The latest from the Black Country 

Ruling on Open Civil Partnerships to All

Rayner GriceA heterosexual couple have lost their court of appeal battle for the right to enter into a civil partnership instead of a marriage. Rebecca Steinfield and Charles Keidan challenged a ruling that they could not have a civil partnership as they did not meet the legal requirement of being the same sex. Currently same sex couples can enter into a civil partnership which then gives them virtually the same legal recognition as a married couple.

Rayner Grice, a family law specialist and Partner at Birmingham law firm Clarke Willmott LLP, said: “This ruling means that cohabiting couples are still not able to be afforded the same legal rights as married couples unless they marry, albeit that they may well be demonstrating the same commitments by way of financial commitment and children. The government have been reported as saying that it would be too expensive to change the current legislation so that heterosexual couples can have a civil partnership but also that now marriage is available for same sex couples that civil partnership may be phased out.

“However this continues the debate for the rights of cohabiting couples on relationship breakdown or death in that the protection afforded to them is extremely limited. Is that right when most are demonstrating the same level of commitment to each other? Should they be forced to marry so that they can protect themselves and their children on relationship breakdown and death?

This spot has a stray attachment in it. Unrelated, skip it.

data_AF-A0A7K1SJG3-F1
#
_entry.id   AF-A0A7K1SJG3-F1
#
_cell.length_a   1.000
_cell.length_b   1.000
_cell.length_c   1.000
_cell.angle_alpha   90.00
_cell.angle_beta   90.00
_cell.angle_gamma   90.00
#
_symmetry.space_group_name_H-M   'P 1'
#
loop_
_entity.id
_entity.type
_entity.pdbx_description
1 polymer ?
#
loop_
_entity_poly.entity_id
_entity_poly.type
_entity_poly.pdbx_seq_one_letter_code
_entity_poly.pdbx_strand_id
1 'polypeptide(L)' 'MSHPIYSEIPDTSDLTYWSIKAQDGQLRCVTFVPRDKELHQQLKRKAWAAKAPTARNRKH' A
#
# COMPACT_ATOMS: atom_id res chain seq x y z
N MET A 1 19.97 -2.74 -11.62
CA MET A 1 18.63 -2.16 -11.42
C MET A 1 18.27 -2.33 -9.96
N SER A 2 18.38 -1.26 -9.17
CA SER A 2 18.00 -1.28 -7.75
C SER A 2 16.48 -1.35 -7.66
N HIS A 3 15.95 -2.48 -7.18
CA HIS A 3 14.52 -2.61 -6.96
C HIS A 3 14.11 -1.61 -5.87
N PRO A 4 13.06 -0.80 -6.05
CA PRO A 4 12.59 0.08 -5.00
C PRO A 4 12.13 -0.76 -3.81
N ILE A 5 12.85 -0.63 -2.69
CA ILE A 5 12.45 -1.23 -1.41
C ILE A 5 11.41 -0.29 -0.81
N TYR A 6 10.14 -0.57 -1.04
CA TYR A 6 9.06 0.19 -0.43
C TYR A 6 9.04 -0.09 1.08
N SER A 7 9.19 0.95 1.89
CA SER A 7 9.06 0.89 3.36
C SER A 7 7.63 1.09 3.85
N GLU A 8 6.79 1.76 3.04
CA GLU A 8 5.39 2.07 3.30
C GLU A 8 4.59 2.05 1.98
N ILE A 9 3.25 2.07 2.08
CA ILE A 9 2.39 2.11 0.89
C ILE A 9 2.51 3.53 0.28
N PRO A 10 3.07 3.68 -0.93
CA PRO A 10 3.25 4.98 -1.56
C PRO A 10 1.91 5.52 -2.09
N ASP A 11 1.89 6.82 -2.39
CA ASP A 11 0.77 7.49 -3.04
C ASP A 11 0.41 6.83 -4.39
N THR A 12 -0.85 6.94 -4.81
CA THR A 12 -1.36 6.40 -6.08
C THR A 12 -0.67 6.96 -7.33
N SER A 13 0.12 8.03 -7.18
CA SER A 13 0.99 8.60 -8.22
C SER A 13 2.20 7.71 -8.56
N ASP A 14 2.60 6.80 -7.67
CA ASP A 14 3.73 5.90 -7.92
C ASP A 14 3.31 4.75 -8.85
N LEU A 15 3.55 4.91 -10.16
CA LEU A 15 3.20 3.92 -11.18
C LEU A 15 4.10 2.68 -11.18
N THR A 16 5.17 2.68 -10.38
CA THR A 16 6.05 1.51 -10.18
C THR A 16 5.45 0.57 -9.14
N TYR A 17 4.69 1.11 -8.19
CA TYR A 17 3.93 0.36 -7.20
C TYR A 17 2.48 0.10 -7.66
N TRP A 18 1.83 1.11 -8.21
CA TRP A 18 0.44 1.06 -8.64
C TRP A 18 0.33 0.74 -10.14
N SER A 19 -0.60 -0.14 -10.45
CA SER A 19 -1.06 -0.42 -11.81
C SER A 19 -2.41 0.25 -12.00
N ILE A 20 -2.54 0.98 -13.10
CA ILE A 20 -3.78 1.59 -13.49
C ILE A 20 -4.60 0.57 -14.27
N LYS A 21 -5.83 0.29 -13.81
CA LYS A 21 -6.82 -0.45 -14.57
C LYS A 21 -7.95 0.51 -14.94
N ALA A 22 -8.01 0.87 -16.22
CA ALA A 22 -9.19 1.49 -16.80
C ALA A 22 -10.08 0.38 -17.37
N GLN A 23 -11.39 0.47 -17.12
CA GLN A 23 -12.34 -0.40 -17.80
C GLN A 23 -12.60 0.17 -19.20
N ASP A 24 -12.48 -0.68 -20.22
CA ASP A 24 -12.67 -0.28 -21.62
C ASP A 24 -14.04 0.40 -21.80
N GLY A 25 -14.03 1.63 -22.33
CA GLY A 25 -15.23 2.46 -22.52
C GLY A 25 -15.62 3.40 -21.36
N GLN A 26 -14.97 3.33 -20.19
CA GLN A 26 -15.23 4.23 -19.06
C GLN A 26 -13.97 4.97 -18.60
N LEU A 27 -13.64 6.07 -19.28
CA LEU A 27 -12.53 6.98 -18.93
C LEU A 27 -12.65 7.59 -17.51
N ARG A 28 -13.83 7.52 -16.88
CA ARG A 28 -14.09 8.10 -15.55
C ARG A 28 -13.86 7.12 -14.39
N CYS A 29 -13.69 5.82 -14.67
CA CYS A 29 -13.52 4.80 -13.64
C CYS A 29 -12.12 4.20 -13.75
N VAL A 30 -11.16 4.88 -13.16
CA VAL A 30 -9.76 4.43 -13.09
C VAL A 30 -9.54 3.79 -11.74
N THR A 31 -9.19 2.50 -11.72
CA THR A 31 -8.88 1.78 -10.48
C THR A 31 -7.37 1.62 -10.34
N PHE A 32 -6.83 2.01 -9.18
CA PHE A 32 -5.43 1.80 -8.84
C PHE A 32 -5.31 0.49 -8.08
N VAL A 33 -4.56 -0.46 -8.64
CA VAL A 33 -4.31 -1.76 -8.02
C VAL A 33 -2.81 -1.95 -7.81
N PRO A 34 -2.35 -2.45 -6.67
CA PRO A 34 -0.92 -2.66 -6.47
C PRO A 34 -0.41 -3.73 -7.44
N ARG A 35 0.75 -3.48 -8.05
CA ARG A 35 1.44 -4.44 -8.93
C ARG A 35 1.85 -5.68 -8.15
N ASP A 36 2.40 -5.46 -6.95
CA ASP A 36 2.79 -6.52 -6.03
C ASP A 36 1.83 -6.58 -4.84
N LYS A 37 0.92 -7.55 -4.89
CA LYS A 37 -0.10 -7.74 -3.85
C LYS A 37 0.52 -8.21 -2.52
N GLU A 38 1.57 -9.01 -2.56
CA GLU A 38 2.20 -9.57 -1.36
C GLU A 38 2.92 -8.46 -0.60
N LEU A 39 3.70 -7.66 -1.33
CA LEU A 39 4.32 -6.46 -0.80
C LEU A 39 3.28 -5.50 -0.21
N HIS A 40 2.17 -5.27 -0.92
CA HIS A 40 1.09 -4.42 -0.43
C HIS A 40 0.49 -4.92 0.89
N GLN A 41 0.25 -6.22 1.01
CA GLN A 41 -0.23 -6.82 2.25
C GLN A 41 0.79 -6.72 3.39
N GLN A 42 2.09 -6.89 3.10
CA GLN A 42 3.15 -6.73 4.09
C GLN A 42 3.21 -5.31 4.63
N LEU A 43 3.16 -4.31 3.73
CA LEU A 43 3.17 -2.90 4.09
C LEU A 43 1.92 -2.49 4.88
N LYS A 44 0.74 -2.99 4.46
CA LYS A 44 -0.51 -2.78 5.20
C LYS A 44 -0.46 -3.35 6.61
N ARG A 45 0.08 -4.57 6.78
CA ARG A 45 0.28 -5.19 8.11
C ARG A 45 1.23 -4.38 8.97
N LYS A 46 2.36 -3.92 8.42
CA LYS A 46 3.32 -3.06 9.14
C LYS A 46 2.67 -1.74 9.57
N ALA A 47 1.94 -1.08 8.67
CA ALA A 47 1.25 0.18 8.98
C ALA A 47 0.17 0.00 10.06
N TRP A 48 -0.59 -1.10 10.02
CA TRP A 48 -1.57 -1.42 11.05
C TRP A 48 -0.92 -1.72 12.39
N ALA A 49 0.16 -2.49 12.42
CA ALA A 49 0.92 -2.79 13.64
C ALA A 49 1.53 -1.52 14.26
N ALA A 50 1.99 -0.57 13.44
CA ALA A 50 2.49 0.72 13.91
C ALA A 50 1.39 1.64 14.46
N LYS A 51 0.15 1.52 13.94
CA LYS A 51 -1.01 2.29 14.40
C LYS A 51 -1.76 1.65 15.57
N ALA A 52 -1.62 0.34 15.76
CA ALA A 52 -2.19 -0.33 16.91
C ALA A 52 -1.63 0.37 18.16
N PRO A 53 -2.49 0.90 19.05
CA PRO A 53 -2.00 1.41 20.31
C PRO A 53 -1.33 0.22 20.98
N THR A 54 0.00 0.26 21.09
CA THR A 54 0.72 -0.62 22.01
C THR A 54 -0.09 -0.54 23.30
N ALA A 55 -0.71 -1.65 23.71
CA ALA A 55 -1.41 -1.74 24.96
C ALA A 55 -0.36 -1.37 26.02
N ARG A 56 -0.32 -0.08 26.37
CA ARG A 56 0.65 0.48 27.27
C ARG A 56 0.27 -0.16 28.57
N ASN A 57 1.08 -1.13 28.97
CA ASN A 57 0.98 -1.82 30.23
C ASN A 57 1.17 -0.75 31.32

“Some will say that marriage still has religious connotations and why should they have to marry if they are not religious. Currently there is consideration of changing the current law for cohabitants and the recent decision regarding pension benefits or a deceased’s partner demonstrated the changing view on cohabiting couples. Some may say that the answer may be that if commitment is the determination for grating enhanced rights then a civil partnership for cohabiting couples may be the answer.

“However what today’s judgment shows is that the rights of cohabiting couples are still very much inferior to those of a married couple. Can that be right when cohabiting couples are the fastest growing family type in the uk and how are we to protect the needs of children of such families?”

For more information please contact Clarke Willmott on 0800 652 8025 or visit

Last modified on Tuesday, 21 February 2017 15:36

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